If this is right, give me the money.

  • Kyle

    You sure were right about Deadpool… Terrible movie…Flop for sure. You should reopen the thread!

  • amanohyo

    Terrible movie indeed. I vote that you reopen the thread in one year (if at all) – anyone crazy enough to hold a grudge that long might actually have something interesting to say. Or maybe post a separate discussion page that was only open to subscribers?
    Back on topic, when would be the ideal time to stop watching The Witch and walk out to preserve the ambiguity? Would ten minutes before the end do it? It sounds like my kind of movie, but I’d rather not leave angry and disappointed.

  • Bluejay

    Not sure if you’re serious or if you’re a dick trying to get her to open herself up for all the Reddit abuse.

  • Nope.

  • Ten minutes before the end sounds about right.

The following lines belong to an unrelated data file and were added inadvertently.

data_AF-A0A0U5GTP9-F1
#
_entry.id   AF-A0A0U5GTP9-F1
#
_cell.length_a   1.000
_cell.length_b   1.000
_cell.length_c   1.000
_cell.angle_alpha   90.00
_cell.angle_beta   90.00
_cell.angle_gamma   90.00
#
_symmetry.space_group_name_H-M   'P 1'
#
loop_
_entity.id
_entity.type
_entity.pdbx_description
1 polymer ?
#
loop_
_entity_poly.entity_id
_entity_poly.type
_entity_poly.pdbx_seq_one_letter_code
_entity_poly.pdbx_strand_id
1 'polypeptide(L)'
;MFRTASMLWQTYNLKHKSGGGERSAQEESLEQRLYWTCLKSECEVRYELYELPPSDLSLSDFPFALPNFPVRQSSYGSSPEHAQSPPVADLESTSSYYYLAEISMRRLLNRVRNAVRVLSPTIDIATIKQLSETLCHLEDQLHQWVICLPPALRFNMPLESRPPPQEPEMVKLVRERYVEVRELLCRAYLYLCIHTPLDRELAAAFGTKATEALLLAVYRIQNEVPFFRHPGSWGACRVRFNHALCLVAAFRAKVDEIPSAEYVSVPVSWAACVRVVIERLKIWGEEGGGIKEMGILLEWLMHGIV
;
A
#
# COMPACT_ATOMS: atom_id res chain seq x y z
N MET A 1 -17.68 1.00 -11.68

Deleted the comment you’re responded to because it was wildly off-topic.

  • kyle



  • sick and tired of the dictator

    absolute waste of time.terrible

  • Kitt

    I want my $ back after that movie. 2 stars.

    In trying to make sense of it and give it a fair shake, my interpretation of the ending was that the daughter finally went mad, embraced her parents’ condemnation, and fantisized the ending.

    The begging was much better but a little slow in developing.


  • leah

    I too would love to read your ‘with spoilers’ post on the movie, it appears I feel about it much the same way as you do, particularly the ending, so I’m curious how you feel the story could have been handled differently so that the conclusion felt more organic and less of a contrived let-down (if that’s what you’re getting at in your review and comments, I might be misunderstanding your gripe with it).

  • leah

    I’m not sure how spoilery this is but —
    I far prefer this interpretation of yours than what I figure was intended.

  • JustGreg

    The ending wrapped it up nicely. The problem with the film was the middle, not the end. Too much tedium and foreboding that didn’t deliver. Very few scares for a horror film and a lot of “can we please get on with it?” feelings for me.

    I thought the director was great with atmosphere, not so great with story, twists, turns and delivering more than just one scare or two.

  • Joe